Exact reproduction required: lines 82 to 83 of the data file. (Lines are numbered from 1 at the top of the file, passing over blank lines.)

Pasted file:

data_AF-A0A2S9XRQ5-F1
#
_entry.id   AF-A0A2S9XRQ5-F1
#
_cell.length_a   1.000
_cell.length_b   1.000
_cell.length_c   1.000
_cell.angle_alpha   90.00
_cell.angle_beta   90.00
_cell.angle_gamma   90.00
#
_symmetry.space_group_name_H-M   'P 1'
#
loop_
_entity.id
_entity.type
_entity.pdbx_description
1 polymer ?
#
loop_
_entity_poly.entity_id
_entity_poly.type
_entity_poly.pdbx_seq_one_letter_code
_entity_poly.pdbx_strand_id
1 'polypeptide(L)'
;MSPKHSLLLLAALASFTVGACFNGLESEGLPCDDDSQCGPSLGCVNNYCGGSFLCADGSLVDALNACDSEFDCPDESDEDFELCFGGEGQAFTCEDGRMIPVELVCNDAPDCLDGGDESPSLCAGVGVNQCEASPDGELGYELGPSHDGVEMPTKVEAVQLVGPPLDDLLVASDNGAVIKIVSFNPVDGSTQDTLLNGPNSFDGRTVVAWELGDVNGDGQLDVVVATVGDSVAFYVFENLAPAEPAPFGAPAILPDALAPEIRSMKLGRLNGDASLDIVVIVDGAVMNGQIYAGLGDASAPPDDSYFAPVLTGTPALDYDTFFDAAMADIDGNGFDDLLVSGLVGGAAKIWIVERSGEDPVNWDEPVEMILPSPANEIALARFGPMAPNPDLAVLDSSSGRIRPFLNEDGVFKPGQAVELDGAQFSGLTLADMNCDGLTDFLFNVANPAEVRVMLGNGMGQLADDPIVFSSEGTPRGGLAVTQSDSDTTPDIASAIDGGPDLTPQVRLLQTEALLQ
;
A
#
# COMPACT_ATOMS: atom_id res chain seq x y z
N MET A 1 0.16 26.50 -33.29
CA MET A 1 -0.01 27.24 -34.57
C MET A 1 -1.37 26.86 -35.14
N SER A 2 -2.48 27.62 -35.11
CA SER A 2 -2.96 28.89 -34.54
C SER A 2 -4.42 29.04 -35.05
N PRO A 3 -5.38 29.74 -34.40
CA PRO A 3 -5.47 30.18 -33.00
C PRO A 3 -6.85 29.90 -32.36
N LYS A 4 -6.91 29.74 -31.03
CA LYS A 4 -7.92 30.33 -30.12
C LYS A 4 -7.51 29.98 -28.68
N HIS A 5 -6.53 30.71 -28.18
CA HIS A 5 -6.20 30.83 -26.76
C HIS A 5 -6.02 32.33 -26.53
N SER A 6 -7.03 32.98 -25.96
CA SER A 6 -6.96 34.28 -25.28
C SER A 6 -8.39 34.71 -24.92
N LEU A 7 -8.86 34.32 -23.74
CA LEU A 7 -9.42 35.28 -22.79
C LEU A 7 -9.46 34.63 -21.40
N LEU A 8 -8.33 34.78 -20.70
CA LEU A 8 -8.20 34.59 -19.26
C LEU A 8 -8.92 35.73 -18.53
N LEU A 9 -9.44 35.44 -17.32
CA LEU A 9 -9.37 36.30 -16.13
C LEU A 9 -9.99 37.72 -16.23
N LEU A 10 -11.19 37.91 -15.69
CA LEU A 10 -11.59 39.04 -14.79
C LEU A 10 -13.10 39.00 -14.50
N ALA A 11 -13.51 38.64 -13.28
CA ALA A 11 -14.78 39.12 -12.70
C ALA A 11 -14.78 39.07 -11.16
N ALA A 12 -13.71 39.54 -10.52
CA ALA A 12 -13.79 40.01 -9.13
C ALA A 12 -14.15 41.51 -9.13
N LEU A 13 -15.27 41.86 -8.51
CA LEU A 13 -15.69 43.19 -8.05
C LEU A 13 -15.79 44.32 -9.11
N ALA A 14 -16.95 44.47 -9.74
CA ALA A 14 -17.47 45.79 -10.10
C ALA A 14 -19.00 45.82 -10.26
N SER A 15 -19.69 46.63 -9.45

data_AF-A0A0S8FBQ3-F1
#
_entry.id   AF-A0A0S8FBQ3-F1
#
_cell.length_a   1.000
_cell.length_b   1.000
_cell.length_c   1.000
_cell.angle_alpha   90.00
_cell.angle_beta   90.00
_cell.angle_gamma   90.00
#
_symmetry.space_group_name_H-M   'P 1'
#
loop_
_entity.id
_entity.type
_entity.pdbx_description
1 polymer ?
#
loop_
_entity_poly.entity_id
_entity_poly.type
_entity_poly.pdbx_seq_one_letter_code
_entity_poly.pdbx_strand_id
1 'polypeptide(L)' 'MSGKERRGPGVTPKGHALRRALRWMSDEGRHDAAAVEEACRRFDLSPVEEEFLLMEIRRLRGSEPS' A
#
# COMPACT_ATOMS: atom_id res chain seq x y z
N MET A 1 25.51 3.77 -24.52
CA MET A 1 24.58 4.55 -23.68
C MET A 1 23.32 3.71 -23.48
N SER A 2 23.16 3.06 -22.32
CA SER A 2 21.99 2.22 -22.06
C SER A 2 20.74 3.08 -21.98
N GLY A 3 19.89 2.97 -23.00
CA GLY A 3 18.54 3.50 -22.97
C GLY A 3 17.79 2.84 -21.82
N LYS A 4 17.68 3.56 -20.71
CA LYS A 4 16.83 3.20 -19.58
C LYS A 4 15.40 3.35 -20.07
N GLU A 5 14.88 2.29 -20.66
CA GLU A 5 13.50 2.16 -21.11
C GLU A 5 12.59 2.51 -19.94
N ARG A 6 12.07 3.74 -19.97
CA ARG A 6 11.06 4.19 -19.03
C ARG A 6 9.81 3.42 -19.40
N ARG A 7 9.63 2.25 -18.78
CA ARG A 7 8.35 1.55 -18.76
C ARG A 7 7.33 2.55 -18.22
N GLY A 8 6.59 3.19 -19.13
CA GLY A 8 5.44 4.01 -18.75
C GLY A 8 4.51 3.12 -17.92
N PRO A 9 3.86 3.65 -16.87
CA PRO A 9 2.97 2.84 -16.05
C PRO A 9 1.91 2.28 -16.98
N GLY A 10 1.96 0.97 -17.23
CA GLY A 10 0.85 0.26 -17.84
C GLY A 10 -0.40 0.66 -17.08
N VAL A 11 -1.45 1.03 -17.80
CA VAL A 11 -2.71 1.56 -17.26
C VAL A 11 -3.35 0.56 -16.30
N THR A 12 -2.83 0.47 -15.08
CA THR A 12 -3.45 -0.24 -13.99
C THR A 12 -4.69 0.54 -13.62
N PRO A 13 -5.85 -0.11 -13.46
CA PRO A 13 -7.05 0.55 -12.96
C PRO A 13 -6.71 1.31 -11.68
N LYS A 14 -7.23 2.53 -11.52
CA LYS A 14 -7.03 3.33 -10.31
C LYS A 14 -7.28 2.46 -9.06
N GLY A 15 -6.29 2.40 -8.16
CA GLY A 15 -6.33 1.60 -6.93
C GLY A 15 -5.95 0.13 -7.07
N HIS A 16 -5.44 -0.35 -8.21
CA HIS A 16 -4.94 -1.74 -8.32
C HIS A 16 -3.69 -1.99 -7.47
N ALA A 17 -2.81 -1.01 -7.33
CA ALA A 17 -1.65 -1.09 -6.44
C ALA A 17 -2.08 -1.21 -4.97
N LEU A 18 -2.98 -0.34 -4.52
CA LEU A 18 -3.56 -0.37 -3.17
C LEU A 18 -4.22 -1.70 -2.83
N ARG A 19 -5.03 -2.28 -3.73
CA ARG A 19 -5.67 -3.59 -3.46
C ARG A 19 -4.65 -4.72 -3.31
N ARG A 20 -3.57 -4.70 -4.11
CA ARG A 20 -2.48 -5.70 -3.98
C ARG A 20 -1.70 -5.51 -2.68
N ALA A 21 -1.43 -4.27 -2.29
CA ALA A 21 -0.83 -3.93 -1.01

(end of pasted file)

_cell.angle_beta   90.00
_cell.angle_gamma   90.00